Battenberg cake

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This article is about the type of cake. For other uses, see Battenberg.
Battenberg Cake
A homemade Battenberg Cake, showing the typical chequered pink-and-yellow squares
Type Sponge cake
Place of origin United Kingdom
Main ingredients Flour
Cookbook:Battenberg Cake  Battenberg Cake

Battenberg[1] or Battenburg[2] is a light sponge cake with the pieces covered in jam. The cake is covered in marzipan and, when cut in cross section, displays a distinctive two-by-two check pattern alternately coloured pink and yellow.

The cake is made by baking a yellow and a pink sponge cake separately and then cutting and combining the pieces in a chequered pattern. The cake is held together by apricot jam and covered with marzipan.

The origin of the cake is unknown,[3][4] with early recipes also using the alternative names "Domino Cake" (recipe by Agnes Berthe Marshall, 1898), "Neapolitan Roll" (recipe by Robert Wells, 1898),[5] or "Church Window Cake." The cake was purportedly named in honour of the marriage, in 1884, of Princess Victoria, a granddaughter of Queen Victoria, to Prince Louis of Battenberg, where "Battenberg" refers to the town of Battenberg in central Germany (the seat of the aristocratic family known in Britain as Mountbatten).[6]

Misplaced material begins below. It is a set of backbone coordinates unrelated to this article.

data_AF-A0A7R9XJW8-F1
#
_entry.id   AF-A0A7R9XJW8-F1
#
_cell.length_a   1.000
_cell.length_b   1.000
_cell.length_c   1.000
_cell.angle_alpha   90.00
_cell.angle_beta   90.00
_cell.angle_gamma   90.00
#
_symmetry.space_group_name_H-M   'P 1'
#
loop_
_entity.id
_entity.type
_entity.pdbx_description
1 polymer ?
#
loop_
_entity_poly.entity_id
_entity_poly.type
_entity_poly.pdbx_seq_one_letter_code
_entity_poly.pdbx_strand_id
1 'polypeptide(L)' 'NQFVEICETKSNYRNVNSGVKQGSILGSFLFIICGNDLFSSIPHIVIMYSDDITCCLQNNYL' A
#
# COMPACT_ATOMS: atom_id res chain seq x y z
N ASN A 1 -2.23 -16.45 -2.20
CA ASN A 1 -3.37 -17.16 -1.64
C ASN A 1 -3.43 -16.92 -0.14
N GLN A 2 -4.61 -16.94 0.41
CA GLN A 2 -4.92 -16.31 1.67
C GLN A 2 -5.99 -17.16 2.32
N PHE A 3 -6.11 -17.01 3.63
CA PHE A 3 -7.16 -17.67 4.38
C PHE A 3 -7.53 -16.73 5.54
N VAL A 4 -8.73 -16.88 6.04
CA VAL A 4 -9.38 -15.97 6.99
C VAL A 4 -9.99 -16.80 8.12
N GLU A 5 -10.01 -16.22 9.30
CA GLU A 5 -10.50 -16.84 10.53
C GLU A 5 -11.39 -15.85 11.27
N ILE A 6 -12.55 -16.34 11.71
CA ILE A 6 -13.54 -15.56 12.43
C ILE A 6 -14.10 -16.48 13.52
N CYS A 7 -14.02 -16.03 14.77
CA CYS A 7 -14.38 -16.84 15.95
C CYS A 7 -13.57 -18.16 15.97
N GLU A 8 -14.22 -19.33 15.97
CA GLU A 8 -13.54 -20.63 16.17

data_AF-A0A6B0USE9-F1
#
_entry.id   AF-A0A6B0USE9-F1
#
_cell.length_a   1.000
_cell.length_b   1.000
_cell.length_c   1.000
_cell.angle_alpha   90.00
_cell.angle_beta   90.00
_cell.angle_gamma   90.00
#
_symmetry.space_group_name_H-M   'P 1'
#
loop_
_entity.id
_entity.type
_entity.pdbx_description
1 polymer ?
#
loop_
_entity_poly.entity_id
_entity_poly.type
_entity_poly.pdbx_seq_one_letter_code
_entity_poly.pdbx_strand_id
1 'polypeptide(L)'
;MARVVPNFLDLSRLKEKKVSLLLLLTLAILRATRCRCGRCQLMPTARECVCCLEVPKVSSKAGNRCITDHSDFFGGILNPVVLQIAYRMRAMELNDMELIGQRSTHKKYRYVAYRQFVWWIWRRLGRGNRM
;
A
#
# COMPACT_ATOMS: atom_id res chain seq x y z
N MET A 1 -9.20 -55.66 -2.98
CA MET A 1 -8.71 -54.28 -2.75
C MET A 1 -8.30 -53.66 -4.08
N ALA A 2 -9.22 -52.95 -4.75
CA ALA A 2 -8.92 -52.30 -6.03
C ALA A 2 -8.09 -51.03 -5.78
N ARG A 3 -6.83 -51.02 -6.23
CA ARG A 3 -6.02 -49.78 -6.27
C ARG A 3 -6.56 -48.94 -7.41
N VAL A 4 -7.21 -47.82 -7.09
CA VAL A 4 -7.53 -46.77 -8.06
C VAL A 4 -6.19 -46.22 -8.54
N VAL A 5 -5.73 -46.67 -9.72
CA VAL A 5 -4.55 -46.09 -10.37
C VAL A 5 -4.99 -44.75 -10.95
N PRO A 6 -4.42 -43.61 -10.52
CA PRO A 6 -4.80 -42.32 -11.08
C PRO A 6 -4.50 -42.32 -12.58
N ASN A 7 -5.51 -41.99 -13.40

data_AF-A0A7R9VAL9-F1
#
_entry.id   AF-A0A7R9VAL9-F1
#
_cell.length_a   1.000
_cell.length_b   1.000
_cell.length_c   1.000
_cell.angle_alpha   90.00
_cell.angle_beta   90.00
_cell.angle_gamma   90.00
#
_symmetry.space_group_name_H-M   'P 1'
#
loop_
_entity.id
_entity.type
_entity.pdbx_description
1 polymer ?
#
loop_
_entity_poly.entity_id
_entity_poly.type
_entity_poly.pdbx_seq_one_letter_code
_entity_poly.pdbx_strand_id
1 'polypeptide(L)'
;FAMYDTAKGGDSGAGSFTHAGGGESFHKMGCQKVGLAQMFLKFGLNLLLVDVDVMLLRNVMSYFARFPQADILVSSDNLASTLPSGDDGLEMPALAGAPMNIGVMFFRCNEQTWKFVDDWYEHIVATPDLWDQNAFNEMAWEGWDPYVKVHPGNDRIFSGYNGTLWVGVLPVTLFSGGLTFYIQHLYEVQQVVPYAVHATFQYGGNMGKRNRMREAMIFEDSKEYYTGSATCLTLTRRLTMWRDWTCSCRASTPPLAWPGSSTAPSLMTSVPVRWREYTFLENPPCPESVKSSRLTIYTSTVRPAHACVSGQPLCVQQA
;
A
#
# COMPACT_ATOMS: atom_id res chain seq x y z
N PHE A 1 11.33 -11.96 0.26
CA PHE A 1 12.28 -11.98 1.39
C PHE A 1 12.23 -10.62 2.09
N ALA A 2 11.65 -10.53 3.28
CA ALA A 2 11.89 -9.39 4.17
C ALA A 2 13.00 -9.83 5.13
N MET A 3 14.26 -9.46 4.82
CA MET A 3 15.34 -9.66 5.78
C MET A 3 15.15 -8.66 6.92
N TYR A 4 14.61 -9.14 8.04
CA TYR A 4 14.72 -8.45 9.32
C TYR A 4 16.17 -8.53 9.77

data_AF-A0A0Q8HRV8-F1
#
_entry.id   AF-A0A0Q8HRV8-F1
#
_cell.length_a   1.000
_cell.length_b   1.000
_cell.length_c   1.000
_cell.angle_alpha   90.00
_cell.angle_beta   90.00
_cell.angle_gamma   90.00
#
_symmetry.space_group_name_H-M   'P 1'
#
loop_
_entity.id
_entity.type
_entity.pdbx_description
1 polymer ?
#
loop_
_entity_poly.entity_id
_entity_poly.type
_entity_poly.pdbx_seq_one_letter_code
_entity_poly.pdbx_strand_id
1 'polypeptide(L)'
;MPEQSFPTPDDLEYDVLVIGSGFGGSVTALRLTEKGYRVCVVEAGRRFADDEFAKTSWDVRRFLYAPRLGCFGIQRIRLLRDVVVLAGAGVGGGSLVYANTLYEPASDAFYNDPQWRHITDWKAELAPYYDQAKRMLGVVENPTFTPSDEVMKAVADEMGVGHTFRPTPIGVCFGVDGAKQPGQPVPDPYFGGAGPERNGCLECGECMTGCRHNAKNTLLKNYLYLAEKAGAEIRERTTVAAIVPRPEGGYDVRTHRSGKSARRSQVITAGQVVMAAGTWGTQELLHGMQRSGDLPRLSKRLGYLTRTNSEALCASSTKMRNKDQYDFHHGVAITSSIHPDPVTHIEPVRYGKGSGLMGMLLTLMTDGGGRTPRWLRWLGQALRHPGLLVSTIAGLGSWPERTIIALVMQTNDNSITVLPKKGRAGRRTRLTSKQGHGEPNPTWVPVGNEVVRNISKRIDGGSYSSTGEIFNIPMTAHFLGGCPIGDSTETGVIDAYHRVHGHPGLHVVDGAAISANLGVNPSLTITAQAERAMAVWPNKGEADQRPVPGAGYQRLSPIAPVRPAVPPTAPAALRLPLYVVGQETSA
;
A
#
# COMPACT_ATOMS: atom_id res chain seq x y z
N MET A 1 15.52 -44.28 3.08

1. ^ "Battenberg". Oxford dictionary (American English). Retrieved 30 April 2015. 
  2. ^ "Definition of “Battenburg”". Collins English Dictionary. Retrieved 30 April 2015. 
  3. ^ Food History Jottings. "Battenburg Cake - the Truth". 
  4. ^ Foods of England. "Battenberg Cake". Retrieved 26 February 2013. 
  5. ^ Food History Jottings. "Battenburg Cake History Again!". 
  6. ^ John Ayto, The Diner's Dictionary: Food and Drink from A to Z (Oxford, England : Routledge, 1993), p. 22.
    • According to The Oxford Companion to Food, the name "Battenberg cake" first appeared in print in 1903. See: Alan Davidson, The Oxford Companion to Food, 3rd ed. (Oxford, England: Oxford University Press, 2014), p. 67.
    • However, a "Battenburg cake" appeared in: Frederick Vine, Saleable Shop Goods for Counter-Tray and Window … (London, England: Office of the Baker and Confectioner, 1898). In the 1907 edition, see p. 136.
    • See also: Food History Jottings: Battenburg Cake - the Truth, August 31, 2011.